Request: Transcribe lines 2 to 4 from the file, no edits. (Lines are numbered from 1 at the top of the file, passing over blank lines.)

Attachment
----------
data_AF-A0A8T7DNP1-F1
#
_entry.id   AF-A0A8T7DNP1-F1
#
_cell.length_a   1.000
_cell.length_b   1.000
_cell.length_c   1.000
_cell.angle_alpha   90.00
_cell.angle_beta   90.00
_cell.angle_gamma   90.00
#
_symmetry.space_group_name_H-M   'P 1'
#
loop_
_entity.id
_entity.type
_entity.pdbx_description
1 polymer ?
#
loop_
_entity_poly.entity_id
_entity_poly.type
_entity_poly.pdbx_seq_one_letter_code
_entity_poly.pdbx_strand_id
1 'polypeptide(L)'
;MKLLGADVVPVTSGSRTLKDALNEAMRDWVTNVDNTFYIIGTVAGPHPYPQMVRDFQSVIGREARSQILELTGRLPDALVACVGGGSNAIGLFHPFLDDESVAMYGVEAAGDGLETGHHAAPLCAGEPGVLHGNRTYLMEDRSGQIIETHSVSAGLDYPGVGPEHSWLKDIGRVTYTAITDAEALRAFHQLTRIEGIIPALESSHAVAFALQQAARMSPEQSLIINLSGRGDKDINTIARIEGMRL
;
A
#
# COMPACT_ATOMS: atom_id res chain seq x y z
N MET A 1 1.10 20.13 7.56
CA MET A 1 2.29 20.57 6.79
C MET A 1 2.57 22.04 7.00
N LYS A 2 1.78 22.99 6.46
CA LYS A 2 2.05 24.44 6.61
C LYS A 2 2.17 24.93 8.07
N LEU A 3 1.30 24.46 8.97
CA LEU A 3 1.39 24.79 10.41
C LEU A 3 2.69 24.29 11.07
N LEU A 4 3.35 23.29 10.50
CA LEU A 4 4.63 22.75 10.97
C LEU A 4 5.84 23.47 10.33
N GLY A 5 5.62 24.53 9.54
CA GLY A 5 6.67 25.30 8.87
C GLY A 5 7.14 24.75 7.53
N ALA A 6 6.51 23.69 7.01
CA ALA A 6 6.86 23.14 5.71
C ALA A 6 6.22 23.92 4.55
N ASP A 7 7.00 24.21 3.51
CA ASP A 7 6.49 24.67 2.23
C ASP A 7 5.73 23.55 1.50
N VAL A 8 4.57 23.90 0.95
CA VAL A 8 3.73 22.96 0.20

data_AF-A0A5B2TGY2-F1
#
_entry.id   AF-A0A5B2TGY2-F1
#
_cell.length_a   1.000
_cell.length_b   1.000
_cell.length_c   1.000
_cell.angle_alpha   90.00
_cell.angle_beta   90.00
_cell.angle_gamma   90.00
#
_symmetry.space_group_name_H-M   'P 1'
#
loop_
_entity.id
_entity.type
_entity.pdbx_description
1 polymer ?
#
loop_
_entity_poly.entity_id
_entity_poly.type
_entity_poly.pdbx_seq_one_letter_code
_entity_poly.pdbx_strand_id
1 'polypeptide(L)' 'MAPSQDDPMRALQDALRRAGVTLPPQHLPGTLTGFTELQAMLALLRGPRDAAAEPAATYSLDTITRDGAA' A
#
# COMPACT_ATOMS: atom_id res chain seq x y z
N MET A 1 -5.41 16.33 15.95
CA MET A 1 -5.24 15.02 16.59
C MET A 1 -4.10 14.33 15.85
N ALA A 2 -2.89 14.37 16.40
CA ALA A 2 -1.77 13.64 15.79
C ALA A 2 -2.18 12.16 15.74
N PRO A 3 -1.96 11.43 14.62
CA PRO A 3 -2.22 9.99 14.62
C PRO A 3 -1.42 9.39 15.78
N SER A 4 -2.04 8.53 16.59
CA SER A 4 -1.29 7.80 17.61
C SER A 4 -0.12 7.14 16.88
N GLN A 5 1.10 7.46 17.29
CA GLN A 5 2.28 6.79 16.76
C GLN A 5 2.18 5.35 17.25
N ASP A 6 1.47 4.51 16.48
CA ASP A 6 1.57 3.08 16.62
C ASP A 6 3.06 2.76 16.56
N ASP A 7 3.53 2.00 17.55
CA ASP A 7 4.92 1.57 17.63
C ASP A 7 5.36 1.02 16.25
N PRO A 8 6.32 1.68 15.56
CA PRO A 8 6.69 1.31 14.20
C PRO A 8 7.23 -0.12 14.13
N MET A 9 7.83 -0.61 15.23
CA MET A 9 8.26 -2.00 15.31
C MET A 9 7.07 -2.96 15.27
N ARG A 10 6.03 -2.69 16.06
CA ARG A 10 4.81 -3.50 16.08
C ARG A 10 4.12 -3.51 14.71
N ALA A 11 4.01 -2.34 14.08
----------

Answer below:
#
_entry.id   AF-A0A8T7DNP1-F1
#